Three Weeks in Iceland

Hvernig segir maður, “I’m completely lost” á íslensku? 

What’s that, you say? Icelandic is one of the most difficult languages to learn? On second thought, perhaps I’ll just fall back on the old standard; hand gestures and a confused, perpetually apologetic expression.

Hi, I’m Willow, a fairly well-travelled Yukoner who will be guest-writing this column during the course of my spring backpacking trip in Iceland.

This trip was a snap decision I made back in December when WOW Air released their cheap tickets between Montreal and Reykjavik – I couldn’t pass it up (right now a return flight can be as low as CAN$450).

So, with the allotted 11 pounds of gear (maximum), I’m on my way to Reykjavik. The weight restriction required by the cheap ticket was initially daunting, but as any backpacker knows, you actually don’t need much for three weeks.

My meagre packing list comprises one change of clothes, a windbreaker, a travel mug, hairbrush, the tiniest travel towel, headphones, music player, and one copy of Stephen King’s The Gunslinger.

Note: one of the most valuable backpacking lessons I’ve learned with regards to reading material – just bring one book, and trade it in for another from a hostel bookshelf when you’re finished. You’ll end up reading some very strange things, and some very good things, in about equal amounts.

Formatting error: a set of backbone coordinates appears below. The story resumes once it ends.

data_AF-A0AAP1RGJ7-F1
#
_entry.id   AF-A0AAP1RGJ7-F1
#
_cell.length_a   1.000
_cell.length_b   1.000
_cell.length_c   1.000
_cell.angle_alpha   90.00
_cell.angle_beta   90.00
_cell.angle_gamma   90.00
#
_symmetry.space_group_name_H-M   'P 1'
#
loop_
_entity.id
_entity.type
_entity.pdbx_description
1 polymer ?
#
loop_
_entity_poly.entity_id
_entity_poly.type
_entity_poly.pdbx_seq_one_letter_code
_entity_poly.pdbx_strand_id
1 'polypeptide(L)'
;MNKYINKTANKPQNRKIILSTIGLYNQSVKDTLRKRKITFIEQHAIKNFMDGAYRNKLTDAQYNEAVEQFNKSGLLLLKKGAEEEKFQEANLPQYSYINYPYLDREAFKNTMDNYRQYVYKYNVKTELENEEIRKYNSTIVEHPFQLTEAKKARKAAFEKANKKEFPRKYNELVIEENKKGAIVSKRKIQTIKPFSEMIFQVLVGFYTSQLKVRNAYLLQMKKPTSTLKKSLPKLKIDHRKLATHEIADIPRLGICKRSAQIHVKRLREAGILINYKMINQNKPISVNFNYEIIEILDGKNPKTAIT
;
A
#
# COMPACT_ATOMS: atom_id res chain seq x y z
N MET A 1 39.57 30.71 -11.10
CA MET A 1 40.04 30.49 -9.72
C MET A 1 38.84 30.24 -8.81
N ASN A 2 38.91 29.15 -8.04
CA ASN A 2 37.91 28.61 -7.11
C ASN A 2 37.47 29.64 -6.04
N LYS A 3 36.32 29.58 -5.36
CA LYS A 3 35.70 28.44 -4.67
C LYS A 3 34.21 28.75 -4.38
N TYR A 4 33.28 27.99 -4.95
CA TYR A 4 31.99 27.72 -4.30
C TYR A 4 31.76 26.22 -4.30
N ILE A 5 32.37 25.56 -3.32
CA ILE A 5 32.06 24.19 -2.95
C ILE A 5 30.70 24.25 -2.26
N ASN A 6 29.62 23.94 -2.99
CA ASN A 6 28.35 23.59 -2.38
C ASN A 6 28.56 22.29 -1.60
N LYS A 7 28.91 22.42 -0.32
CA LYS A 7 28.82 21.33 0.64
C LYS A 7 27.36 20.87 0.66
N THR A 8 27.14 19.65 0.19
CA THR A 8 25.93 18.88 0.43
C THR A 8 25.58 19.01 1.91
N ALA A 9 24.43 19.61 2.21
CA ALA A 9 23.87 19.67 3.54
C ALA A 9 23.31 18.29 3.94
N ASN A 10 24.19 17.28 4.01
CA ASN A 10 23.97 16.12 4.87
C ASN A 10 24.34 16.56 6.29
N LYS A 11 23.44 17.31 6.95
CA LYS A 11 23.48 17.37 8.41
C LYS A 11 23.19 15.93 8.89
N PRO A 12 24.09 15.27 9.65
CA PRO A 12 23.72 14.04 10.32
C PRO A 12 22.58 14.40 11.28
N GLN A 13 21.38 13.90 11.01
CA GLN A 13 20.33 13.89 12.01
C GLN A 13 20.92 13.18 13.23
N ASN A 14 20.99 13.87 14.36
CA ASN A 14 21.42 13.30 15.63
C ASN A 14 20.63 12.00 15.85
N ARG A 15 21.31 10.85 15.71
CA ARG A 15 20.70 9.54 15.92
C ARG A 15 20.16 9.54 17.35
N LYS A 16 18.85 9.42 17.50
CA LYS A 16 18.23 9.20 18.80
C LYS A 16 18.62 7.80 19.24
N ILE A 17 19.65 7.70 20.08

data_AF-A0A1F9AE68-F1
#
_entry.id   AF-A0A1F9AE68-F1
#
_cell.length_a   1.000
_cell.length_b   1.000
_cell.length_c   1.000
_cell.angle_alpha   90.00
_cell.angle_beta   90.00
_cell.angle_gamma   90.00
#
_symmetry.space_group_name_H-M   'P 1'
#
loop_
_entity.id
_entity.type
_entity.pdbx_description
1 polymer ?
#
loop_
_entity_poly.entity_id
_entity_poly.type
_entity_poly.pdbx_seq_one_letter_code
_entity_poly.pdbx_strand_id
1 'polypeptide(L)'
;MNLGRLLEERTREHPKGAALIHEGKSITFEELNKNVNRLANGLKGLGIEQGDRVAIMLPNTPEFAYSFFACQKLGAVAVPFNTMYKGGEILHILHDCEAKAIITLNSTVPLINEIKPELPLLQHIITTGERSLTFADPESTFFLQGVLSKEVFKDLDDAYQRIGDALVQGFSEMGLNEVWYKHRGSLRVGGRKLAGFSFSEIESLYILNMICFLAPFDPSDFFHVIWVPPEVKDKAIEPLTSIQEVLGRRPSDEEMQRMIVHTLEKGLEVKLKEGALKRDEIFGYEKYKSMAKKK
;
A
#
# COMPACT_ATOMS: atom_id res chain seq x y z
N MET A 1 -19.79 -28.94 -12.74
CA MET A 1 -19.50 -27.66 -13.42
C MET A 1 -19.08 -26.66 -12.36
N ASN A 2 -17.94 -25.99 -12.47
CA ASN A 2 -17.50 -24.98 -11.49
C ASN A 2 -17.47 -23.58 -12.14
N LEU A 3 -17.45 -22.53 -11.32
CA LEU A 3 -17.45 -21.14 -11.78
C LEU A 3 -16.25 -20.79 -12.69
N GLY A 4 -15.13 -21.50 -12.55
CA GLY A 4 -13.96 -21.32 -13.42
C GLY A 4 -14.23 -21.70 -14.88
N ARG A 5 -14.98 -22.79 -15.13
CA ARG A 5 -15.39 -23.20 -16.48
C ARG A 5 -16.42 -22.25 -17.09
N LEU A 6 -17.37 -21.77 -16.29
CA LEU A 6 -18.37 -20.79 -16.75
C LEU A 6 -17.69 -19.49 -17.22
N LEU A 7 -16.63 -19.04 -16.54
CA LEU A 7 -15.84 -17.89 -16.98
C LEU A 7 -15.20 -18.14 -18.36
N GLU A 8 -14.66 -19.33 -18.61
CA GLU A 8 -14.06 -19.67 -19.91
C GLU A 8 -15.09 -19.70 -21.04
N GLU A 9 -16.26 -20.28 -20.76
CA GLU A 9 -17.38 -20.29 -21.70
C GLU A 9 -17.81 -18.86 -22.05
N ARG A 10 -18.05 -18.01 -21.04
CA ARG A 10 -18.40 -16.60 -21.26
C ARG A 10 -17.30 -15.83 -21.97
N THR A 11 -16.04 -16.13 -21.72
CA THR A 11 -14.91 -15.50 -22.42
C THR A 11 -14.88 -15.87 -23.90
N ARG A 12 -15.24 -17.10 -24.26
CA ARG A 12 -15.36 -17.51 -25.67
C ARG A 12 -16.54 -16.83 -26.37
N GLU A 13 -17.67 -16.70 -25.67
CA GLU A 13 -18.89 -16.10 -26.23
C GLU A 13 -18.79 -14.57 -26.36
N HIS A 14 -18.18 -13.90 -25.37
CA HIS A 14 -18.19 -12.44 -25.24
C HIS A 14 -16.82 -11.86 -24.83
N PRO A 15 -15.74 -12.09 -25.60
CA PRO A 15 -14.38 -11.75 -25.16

For this trip, I have done a minimum of research – I know that the currency is kroner, the language is impossible, the weather is chilly, hitchhiking is common, and the food will likely be strange.

There is a bar in Reykjavik called Dillon that, according to all sources, will likely fulfill my curiosity about the local rock and metal cuisine.

Several people this week have asked me why I chose Iceland. My first answer was always, “Cheap ticket, rad place, why not?”

But I will confess to you, there is (unsurprisingly) a lot more to it. For a Yukoner, Iceland offers the dichotomy of a strange new world paired with a sort of northern kinship. Between the country’s progressive political climate (remember when they promptly jailed their bankers after the economic crisis of 2008?) and their deep cultural roots (the Ásatrúarfélagið association is currently building a temple for the modern worship of the Norse pantheon), there is a mystery, an “other-ness” about the place that beckons.

This is a land where vikings landed and built strongholds, where ancient gods and goddesses held sway, worshipped with blood, magic and prayer, even as they themselves fell prey to quintessentially human vices and shortcomings.

The forefathers of Icelanders, mostly farmers and explorers, built boats, set sail and became the stuff of legends, heroes of sagas and harbingers of destruction. It was these people that later crossed the Atlantic Ocean, Vikings that first met the native peoples of Vinland (Newfoundland today).

The historical richness and importance of Iceland alone justifies the trip, to say nothing of the vast open spaces, mountain ranges, hiking trails, hot springs and geysers that characterize the geothermally active terrain. Needless to say, I will take many pictures for you!

Thanks for reading, friends! When I next write you, it will be from a little bedroom in Reykjavik.

Until then, takk fyrir and góða nótt!

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